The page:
OAKLAND -- Step into a meditative space where images of the sun are glowing in bright colors at the Chabot Space and Science Center's "Touch the Sun" exhibit opening Friday.
This latest interactive exhibit will give visitors a better understanding of the celestial body and its relationship to Earth.
"We want to focus on the emotional impact ... of amazement and awe," said Tamara Schwarz, senior manager of experience design.
"This is a point of entry to the science and greater understanding of the sun," she said.
" 'Touch the Sun' provides our visitors a unique opportunity to visually experience the power of the sun's energy, courtesy of cutting-edge technology from NASA, Lockheed Martin and Stanford Solar Center that didn't exist and certainly wasn't available on this public scale until very recently," said Chabot Executive Director and CEO Alexander Zwissler.
Schwarz said the centerpiece of the exhibit is the screen, which measures 90 inches and displays near-real-time satellite images of the sun. Some of the images that visitors will see are no more than an hour old. In addition, visitors can zoom in and out to see recent activity on the sun and view historical events, such as a partial solar eclipse.
Visitors can blend and change layers on the screen to show different wavelengths of light highlighting features of the sun's activity, according to a release by Chabot. People can see solar flares, prominences and filaments, and coronal mass ejections, among other activity.
Chabot staff astronomer Ben Burress said the images on display at the center can only be seen from space.
"A ground-based observatory cannot capture these," Burress said.
The images come from NASA's Solar Dynamics Observatory, an ongoing mission launched in 2010, to keep track of the sun's activity. NASA is keeping track of solar activity because it can influence Earth's society by disabling satellites, causing power grids to fail, and disrupting GPS navigation. Also, Burress said that the sun has the power to kill a spacewalking astronaut.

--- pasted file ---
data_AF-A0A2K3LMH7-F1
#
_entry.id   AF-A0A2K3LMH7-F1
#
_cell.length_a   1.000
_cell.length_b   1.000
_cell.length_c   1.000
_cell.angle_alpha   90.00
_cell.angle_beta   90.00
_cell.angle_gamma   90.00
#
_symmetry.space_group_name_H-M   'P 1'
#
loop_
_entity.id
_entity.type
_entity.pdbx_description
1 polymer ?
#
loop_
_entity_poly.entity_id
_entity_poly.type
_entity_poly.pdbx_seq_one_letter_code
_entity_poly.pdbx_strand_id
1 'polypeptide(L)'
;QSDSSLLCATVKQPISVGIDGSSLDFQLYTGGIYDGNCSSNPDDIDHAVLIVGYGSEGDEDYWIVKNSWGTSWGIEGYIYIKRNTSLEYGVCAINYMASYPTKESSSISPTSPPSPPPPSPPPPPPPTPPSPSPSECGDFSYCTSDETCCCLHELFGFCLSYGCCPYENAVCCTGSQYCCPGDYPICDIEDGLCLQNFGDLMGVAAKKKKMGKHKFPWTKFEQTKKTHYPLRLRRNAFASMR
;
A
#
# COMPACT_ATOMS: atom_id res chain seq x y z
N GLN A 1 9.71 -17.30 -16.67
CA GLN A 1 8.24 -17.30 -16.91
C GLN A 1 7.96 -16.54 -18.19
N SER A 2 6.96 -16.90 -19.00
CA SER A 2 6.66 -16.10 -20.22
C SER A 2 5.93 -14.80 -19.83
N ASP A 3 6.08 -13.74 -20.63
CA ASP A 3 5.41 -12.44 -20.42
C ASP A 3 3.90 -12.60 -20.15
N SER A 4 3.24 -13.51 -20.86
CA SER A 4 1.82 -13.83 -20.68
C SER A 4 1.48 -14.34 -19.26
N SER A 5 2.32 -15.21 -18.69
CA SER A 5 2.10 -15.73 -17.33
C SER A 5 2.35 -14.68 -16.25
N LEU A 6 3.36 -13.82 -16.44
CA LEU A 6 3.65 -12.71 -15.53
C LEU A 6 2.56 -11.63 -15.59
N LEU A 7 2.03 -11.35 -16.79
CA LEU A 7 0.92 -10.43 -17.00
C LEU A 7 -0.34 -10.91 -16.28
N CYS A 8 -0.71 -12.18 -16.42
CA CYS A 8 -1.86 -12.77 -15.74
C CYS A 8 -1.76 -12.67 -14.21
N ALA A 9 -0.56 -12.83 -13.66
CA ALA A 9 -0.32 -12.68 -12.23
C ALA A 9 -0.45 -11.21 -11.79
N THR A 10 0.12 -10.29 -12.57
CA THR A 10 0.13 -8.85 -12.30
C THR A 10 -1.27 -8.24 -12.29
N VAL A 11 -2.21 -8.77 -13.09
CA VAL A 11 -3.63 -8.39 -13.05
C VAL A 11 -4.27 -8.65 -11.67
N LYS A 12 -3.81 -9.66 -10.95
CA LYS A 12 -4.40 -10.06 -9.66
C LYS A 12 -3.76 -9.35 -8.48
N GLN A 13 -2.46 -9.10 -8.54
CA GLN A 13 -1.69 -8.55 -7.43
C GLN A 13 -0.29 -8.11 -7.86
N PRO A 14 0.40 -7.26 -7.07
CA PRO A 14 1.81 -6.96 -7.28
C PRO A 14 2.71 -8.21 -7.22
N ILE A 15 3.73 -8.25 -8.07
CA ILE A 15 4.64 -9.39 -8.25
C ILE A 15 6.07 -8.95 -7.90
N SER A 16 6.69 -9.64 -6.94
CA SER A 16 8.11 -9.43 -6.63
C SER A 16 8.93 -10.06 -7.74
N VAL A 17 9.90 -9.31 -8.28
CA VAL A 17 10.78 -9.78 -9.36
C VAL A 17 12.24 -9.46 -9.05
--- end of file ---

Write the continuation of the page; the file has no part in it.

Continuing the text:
Besides seeing images of the sun, visitors will have the opportunity to work with a plasma globe and a ferrofluid window. With the plasma globe, visitors can manipulate gas and energy, causing changes similar to what occurs in the sun's atmosphere. The ferrofluid window allows visitors to mimic sunspots and magnetic arcs.
The exhibit contains three drawing stations where visitors can explore features of the sun and make digital drawings of the features, which they can email to themselves. Schwarz said some people might want to do a detailed study, while others may want to just write their name on the sun.
During this opening weekend, children and families will have the opportunity "to build and race Lego solar cars and make stained glass art, in addition to other crafts related to the sun," according to Chabot. Other features of the exhibit include paintings depicting how ancient cultures understood the significance of the sun and a mural, painted by Oakland-based artist, Andrew Johnstone.
"We've been blow away by the beauty ... of the (sun's) images," Schwarz said.
What: "Touch the Sun," a new, interactive exhibit featuring near-real-time images of the sun that can be manipulated by visitors through a large-screen display and three drawing stations
When: Beginning Friday; center opens at 10 a.m.
Where: Chabot Space and Science Center, 10000 Skyline Blvd., Oakland
Tickets: exhibit included with general admission, $15.95 for adults; $11.95 for children ages 3 through 12.
Information: www.chabotspace.org or call 510-336-7373